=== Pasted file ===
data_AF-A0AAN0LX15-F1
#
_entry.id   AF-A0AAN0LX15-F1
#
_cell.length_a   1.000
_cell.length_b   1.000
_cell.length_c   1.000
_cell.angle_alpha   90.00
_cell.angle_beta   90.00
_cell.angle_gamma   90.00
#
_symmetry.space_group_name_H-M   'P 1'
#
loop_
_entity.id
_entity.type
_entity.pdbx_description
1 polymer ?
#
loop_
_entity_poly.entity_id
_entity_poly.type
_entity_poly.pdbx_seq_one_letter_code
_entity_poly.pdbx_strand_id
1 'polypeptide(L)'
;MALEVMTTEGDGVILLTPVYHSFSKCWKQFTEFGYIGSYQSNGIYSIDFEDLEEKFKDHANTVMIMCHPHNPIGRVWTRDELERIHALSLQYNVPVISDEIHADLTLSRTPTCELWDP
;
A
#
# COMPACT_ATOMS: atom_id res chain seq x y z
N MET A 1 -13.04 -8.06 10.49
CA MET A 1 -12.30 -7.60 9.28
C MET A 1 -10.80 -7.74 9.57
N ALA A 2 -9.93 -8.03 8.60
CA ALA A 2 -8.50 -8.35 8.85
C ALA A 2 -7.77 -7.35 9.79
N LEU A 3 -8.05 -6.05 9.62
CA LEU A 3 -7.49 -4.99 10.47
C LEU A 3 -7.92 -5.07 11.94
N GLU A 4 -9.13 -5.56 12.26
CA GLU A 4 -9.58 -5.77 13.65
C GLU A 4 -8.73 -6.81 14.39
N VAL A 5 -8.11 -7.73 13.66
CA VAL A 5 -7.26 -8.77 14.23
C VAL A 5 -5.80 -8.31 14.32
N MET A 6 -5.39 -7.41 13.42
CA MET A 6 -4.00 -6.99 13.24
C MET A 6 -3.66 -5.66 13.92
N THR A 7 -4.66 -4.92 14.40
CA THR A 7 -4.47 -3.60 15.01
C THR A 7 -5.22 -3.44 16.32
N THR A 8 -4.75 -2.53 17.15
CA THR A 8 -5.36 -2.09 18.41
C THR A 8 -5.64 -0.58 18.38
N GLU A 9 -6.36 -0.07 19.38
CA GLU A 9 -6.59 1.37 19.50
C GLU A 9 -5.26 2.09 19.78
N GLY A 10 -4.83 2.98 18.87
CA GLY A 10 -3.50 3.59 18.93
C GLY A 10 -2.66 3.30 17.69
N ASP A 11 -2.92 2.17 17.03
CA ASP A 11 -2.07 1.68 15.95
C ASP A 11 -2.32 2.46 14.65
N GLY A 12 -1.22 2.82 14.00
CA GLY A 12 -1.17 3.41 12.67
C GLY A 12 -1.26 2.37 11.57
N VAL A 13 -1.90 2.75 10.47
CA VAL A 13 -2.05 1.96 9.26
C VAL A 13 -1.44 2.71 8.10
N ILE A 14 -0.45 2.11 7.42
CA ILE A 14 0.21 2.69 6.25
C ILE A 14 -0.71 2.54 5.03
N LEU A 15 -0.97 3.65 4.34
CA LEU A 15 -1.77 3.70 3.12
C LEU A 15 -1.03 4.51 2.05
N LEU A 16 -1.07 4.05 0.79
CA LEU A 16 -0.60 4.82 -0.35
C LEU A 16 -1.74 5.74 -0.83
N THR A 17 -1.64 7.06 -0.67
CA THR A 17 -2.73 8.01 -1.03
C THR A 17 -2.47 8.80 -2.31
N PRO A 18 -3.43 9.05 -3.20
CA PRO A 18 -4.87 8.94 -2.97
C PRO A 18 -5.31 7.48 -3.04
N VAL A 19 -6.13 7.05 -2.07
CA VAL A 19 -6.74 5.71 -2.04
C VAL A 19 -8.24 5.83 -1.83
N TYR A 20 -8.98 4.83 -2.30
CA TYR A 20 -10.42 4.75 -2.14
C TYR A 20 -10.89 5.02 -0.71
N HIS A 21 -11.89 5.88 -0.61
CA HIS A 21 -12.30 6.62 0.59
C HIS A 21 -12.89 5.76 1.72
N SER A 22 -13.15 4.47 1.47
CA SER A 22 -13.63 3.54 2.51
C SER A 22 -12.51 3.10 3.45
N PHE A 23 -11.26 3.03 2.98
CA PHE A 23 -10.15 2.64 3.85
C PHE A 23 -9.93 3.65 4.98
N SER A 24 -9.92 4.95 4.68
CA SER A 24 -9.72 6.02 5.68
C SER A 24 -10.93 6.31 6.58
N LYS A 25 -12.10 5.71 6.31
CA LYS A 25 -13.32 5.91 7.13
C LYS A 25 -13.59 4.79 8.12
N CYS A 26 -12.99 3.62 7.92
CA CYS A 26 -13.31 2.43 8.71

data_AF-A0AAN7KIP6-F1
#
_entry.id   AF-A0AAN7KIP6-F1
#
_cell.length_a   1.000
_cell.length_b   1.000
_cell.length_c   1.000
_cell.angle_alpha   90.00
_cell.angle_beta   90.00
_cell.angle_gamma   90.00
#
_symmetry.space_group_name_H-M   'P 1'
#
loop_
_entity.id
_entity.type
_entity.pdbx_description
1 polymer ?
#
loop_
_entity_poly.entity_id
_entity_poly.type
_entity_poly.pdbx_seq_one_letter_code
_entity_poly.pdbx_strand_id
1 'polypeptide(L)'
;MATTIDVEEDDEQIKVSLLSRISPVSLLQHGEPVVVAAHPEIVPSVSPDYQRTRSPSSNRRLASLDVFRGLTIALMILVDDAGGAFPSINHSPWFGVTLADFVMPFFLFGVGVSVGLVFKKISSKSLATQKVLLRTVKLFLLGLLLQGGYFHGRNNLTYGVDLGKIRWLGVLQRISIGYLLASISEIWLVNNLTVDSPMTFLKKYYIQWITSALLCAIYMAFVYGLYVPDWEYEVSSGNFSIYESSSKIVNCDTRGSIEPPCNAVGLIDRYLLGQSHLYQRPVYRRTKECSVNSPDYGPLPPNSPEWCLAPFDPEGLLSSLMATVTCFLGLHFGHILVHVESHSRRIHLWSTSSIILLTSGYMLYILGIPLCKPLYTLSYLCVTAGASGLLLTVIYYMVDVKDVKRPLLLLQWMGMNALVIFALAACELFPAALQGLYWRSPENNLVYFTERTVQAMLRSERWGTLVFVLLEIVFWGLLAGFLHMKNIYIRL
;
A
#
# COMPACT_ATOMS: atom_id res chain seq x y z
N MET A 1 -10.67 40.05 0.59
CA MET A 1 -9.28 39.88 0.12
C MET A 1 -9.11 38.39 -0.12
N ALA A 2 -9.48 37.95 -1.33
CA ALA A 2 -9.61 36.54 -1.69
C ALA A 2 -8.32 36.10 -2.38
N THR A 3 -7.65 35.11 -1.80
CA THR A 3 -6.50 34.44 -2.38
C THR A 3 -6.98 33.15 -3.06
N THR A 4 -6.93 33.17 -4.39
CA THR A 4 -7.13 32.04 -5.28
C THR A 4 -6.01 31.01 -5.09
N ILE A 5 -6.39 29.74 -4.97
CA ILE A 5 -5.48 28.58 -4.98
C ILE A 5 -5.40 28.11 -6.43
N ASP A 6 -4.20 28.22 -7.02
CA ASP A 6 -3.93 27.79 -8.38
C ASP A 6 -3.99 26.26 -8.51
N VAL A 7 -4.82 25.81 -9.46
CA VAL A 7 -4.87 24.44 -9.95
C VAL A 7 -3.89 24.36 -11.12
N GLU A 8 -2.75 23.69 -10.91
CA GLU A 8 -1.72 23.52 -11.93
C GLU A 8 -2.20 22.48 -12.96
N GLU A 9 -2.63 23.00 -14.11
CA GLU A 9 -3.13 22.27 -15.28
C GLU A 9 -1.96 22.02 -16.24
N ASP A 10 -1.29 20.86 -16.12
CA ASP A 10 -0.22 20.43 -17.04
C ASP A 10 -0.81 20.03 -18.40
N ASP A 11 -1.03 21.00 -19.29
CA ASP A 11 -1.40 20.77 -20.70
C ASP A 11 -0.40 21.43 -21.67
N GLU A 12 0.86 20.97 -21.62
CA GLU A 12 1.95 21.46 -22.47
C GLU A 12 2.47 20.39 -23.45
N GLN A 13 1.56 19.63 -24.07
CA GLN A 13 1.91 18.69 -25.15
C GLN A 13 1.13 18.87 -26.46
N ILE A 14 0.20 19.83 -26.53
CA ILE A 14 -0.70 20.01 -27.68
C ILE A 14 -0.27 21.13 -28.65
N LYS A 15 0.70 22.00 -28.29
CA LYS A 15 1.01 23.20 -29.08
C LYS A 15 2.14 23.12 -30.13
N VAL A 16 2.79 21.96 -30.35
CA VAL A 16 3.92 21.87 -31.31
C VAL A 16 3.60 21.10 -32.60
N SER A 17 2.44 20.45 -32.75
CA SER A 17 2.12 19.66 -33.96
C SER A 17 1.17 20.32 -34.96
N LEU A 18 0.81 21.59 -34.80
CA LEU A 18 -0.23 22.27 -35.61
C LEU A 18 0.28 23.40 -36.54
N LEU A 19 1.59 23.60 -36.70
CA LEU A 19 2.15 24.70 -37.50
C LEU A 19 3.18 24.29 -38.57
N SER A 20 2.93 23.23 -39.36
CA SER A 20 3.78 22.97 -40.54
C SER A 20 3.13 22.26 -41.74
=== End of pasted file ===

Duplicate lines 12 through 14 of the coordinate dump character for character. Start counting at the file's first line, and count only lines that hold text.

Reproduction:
_symmetry.space_group_name_H-M   'P 1'
#
loop_